Typically not taxable, lottery winnings may occasionally be considered business income.
Canadians pay more tax than our American neighbours, but we are able to smugly point out that winnings from lotteries, gambling, horse racing, and other games of chance are not taxed in the True North.
However, in some cases, the Canada Revenue Agency (CRA) considers lottery winnings income from a business. In
Brian Leblanc and Terry Leblanc v. Her Majesty, the Queen [2006TCC680], the Tax Court of Canada was called upon to rule that the appellants were operating a business that earned its income from sports lottery winnings.
The appellants are brothers who began playing sports lottery games prior to 1992. In 1996, they spent all their time playing Pro-Line, Point Spread, and Over/Under, which involve placing bets on sporting events. They moved their residence to Aylmer, Quebec, in order to be able to play both Ontario and Quebec lotteries. They bet between $200,000 and $300,000 per week and estimated that they might have bet between $10 and $13 million per year.
They would call their orders in to various retail outlets because of limits on the number of tickets a retailer can sell to any individual. They employed people to pick up their tickets and deliver them to their home.
Notwithstanding that they estimated losses on 95 per cent of the bets placed, they did win substantial amounts from 1996 to 1999, at which point the CRA decided they should be taxed on their winnings. Each of the appellants received assessments on $875,874 for 1996, $755,271 for 1997, $418,178 for 1998, and $715,221 for 1999. They appealed to the Tax Court of Canada, arguing lottery winnings are always tax exempt and can never be considered income from business. Lottery winnings are considered capital gains, and are not taxable by virtue of paragraph 40(2)(f) of the
Income Tax Act.
Counsel for the respondent submitted that their activities constituted a business because it was managed and organized with the object of realizing a profit and, as such, was subject to tax under subsection 9(1) of the
Act. Counsel listed facts he felt proved the Leblancs were engaged in a business:
- They did not have jobs but lived on the proceeds of their sports lottery play;
- They played in a number of jurisdictions and moved near the Quebec-Ontario border to facilitate this multi-jurisdictional gambling;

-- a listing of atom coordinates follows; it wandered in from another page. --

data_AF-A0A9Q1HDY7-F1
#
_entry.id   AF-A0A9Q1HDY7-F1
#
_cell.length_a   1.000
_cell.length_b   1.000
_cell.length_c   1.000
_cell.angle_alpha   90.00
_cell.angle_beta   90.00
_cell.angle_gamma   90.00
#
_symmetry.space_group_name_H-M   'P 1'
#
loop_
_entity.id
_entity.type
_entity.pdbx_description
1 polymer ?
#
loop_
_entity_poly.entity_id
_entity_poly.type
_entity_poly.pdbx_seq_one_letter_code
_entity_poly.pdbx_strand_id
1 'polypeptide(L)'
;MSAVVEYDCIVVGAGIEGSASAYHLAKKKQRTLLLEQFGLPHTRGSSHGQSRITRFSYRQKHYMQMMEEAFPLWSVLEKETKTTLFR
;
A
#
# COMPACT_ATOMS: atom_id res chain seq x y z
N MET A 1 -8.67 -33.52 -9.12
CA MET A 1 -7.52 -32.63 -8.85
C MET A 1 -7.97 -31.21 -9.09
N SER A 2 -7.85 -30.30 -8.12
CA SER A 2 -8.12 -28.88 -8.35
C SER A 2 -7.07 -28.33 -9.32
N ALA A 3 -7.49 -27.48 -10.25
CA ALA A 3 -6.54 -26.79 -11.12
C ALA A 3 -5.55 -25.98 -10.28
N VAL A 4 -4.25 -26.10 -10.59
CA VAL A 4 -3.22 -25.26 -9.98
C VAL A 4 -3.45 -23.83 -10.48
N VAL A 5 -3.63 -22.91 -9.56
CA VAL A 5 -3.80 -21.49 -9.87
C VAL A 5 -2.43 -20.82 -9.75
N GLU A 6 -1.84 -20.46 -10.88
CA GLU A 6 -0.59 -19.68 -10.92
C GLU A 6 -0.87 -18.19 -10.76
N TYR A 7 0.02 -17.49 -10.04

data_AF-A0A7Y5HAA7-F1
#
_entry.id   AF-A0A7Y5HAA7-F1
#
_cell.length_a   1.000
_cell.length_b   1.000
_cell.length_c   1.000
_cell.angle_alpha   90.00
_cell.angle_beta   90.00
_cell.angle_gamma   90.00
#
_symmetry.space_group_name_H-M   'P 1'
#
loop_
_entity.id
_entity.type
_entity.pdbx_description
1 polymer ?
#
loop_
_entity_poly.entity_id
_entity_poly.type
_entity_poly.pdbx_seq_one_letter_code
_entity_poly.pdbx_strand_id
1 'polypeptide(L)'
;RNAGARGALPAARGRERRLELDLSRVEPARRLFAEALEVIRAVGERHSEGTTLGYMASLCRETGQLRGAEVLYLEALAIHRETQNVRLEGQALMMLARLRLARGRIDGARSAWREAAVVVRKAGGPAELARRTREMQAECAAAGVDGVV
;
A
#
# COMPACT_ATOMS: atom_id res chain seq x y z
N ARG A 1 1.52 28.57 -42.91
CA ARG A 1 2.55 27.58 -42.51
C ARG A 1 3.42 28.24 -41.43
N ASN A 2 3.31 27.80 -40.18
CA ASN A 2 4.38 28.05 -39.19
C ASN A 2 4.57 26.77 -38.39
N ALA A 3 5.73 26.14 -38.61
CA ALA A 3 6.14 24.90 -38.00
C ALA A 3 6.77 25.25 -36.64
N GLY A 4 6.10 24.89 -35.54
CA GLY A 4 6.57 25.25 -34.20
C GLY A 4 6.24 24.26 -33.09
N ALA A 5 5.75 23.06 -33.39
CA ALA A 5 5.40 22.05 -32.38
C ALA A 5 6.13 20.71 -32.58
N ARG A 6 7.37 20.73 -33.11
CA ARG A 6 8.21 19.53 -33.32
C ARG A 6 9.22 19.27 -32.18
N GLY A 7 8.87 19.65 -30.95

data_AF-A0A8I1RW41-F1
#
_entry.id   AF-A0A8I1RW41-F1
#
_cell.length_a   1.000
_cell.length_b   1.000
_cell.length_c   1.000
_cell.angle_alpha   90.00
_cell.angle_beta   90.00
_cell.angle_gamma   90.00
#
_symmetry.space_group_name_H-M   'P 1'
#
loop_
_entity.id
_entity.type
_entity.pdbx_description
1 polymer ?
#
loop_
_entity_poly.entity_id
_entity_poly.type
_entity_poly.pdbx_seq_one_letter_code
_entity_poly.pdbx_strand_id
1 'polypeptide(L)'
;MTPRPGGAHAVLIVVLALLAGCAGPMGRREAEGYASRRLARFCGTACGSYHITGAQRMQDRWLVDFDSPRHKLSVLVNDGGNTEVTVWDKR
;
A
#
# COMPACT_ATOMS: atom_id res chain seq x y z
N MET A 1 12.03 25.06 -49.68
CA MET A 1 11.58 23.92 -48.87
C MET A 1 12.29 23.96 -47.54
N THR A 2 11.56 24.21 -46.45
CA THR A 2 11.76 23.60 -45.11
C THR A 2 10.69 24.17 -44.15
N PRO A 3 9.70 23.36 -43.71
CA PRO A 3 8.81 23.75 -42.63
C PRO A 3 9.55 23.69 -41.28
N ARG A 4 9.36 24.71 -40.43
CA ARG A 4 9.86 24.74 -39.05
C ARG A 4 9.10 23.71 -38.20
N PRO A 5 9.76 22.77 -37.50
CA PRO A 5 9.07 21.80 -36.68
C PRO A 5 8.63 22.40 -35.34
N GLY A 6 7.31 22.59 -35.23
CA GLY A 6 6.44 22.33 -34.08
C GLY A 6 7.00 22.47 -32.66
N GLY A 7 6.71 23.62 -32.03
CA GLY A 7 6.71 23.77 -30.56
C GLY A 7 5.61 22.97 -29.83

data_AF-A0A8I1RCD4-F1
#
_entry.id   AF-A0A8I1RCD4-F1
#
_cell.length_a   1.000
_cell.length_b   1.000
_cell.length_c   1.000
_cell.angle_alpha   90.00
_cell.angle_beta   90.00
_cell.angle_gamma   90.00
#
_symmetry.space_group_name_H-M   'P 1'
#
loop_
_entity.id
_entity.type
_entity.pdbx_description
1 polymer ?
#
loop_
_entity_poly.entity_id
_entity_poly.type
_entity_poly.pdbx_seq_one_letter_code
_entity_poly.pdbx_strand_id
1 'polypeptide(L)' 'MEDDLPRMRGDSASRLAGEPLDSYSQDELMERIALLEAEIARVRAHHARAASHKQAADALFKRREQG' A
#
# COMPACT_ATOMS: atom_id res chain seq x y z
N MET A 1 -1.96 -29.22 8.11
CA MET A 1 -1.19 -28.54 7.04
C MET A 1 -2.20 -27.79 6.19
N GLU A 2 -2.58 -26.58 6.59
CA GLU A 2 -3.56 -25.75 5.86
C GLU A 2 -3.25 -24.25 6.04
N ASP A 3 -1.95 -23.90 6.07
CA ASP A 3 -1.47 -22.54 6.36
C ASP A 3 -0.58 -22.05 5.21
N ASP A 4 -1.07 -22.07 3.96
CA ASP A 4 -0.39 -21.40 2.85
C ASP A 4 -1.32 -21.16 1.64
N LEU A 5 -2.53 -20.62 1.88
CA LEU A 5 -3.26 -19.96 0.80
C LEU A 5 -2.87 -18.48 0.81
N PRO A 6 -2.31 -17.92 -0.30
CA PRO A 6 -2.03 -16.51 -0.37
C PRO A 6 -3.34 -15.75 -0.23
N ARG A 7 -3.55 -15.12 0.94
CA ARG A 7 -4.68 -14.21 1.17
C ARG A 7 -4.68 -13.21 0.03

- They only chose long shots with high payout potential;
- They used a computer to come up with combinations of long shots;
- They structured their bets to maximize retail outlet payouts;
- They bought a significant number of tickets on a regular basis;
- They bought tickets at various retail outlets;
- They requested volume discounts from retailers and only dealt with those who agreed;
- They used up to 15 paid helpers to handle the purchasing and checking of the tickets;
- The more they won, the more they bet.
The respondent suggested that the LeBlancs’ success must have been due to a system that minimized their risk.
The trial judge decided that the system argument was a non sequitur, stating:
If I understand it correctly it is this: since you won it proves you must have a system and therefore a business. If you had lost it would have proved you had no system and therefore no business and you could not have deducted your losses. This contention is about as classic an exposition as I have ever seen of the logical fallacy post hoc ergo propter hoc.
The court also looked at the odds of winning and losing, in particular evidence presented by Professor Gary Smith, whose report made four major points:
- Odds against the Leblanc brothers winning at the sports lotteries were astronomical.
- There is no way one can beat the odds.
- The payouts are reflective of the true odds.
- Skill plays no part in winning.
In allowing the appeal, the court found that the Leblancs’ gambling activities were of a personal nature and not business income. The winnings were capital gains and were not taxable by virtue of paragraph 40(2)(f) of the
Income Tax Act.
The court cited nine cases in which the Minister has attempted to tax gambling winnings when they are an “adjunct or incident of a business carried on, for example, by a casino owner who gambles in his own casino or an owner of horses who trains and races horses and who bets on the races.” Winnings have also been taxable when the gambler uses expertise and skill, such as a pool shark.